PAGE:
August 22, 2012 / 3:17 PM / 8 years ago

U.S. defends restrictions on Argentine lemons, beef

WASHINGTON (Reuters) - The United States on Wednesday defended its restrictions on imports of beef and lemons from Argentina after the South American country said it planned to challenge the measures at the World Trade Organization.

The sharp defense came amid escalating tensions over Argentina’s trade policies.

On Tuesday, the United States and Japan challenged Argentine government regulations that require prior approval of nearly all foreign purchases as a violation of WTO rules.

Argentina’s Foreign Ministry did not comment directly on the U.S. and Japanese complaints but said it would file a complaint at the WTO over Washington’s policies that hamper lemon and fresh beef imports.

“The United States is surprised and disappointed at Argentina’s reaction,” USTR spokeswoman Nkenge Harmon said in an emailed statement.

“It appears to be part of a disturbing trend in which countries engaged in actions that are inconsistent with their WTO obligations retaliate with counter complaints rather than fix the underlying problem raised in the complaint,” she added.

U.S. trade officials have read news reports that Argentina plans to challenge the lemon and beef restrictions, but have not received official word of any action, Harmon said.

“Nonetheless, I can say that all U.S. measures relating to imports of Argentine products, including lemons and beef, are science-based and consistent with WTO requirements,” she said.

Argentina complained in its press release the U.S. market has been closed to Argentine lemons since 2001 for health concerns, even though other countries accept the fruit.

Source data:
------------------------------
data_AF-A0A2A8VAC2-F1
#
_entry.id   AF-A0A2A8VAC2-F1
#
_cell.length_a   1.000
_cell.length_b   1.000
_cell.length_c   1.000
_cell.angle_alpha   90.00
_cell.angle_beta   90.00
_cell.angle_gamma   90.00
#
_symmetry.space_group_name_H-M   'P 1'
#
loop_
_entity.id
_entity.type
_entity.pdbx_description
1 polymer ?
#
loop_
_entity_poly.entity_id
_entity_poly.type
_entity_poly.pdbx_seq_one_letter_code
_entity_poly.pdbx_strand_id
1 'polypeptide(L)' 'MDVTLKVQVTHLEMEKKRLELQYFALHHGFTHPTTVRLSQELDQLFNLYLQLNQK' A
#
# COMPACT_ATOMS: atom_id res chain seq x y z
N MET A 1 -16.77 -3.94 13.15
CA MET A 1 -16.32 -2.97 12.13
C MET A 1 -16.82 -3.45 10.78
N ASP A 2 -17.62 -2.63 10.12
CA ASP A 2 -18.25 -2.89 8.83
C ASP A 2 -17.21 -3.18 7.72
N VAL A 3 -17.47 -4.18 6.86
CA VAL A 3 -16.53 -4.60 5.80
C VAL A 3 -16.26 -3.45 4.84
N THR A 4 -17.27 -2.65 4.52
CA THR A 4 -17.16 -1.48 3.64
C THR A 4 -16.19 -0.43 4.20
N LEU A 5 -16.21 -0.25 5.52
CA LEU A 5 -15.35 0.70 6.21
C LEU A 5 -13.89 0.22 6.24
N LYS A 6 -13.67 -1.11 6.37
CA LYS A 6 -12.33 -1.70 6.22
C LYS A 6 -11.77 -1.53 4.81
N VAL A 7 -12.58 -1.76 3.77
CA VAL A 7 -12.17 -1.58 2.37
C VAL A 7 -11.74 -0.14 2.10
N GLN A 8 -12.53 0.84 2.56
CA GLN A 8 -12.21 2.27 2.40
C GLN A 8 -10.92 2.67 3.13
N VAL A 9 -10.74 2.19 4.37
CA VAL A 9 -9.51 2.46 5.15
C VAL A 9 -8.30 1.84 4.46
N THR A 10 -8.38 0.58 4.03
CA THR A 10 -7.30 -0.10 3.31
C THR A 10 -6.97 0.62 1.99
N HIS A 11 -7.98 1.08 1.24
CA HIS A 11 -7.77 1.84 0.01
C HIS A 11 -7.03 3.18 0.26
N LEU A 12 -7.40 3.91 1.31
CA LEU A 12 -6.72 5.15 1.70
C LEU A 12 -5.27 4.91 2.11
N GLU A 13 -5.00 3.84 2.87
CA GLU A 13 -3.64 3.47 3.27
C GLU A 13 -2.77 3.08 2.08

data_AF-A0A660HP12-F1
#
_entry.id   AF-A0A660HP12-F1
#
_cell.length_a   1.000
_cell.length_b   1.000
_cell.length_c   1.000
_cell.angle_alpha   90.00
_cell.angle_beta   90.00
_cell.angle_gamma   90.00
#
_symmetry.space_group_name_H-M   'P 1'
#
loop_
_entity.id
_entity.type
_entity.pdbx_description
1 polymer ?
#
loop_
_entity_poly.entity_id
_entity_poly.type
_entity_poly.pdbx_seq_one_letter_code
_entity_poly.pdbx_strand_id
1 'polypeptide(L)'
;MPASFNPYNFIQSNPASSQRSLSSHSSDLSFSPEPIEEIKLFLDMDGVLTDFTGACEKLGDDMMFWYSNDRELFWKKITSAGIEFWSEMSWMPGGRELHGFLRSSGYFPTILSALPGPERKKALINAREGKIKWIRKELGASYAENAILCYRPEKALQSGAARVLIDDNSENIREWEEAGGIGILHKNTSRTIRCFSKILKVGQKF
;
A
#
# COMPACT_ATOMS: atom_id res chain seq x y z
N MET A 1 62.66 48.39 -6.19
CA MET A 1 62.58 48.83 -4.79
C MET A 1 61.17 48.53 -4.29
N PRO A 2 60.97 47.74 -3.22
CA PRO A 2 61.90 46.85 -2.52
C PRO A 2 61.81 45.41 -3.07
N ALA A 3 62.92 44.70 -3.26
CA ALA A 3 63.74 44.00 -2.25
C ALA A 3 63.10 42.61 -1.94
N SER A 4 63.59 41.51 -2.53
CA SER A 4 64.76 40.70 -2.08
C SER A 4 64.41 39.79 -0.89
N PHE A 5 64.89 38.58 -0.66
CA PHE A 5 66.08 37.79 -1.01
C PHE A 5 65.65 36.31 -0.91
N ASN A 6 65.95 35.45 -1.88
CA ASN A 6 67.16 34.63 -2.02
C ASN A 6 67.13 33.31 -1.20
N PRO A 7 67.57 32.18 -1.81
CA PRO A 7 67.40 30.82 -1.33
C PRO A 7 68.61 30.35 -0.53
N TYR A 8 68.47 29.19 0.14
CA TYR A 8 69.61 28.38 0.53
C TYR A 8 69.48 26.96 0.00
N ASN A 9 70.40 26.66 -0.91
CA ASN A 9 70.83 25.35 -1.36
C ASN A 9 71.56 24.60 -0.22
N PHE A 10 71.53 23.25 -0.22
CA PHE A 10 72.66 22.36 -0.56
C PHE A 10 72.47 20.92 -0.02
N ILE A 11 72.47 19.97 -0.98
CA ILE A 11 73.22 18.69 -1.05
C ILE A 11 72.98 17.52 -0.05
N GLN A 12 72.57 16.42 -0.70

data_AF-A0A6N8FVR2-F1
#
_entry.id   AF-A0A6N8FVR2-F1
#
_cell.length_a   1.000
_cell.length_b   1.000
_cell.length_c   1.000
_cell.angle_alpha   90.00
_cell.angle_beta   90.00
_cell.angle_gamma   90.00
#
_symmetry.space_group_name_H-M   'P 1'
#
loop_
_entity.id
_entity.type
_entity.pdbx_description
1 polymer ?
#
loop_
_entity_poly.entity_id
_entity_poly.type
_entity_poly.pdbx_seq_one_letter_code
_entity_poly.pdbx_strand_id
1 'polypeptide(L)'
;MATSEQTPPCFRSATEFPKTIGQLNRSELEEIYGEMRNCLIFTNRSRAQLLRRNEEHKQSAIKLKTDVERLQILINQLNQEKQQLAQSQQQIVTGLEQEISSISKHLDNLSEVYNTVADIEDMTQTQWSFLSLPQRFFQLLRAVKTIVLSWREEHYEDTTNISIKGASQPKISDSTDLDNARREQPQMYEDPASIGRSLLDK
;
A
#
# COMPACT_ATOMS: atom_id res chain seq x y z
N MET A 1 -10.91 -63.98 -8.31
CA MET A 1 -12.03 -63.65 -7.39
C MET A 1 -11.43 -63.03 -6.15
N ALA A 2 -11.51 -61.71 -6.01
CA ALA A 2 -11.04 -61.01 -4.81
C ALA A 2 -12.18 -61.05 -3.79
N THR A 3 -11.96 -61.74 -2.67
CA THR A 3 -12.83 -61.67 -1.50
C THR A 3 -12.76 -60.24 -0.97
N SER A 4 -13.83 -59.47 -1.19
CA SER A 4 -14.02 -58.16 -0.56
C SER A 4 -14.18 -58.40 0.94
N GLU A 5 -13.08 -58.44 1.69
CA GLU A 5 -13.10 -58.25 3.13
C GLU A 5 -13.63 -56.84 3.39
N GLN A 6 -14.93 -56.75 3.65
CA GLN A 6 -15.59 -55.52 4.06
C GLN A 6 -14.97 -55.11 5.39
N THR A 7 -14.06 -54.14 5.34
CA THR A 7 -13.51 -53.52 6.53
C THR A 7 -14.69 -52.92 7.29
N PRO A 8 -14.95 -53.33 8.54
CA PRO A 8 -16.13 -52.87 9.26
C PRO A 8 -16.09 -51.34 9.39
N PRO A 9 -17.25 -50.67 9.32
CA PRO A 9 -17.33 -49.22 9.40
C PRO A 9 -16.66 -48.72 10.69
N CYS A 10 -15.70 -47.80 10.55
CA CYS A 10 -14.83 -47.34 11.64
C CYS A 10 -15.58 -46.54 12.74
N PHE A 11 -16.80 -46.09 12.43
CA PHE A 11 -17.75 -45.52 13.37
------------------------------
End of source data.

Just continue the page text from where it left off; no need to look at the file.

“Argentine citrus is exported to destinations with very high health standards such as the Netherlands, Spain and Italy, which do not question the excellent quality of Argentine produce,” the Argentine government said.

It said U.S. restrictions on Argentine beef because of foot-and-mouth disease were “unjustified” and had cost Argentine ranchers hundreds of millions of dollars in lost sales.

“Although the International Health Organization has recognized the southern Patagonia region as free of foot-and-mouth disease, without vaccinations, since 2003, the U.S. government … has delayed recognition of this situation, and has unreasonably delayed the authorization for the importation of fresh beef,” the Argentine government said.

Harmon said the “the fundamental openness” of the U.S. market was reflected in U.S. trade data with Argentina.

Last year, U.S. imports of Argentine farm products topped $1.64 billion, while U.S. agricultural exports to Argentina totaled $154 million, Harmon said.

However, Argentina is one of the few countries with which the United States enjoys an overall trade surplus.

Last year, it exported $9.9 billion worth of goods to Argentina and imported $4.5 billion from that country.

Addtional reporting by Hugh Bronstein in Buenos Aires; Editing by Anthony Boadle and Cynthia Osterman

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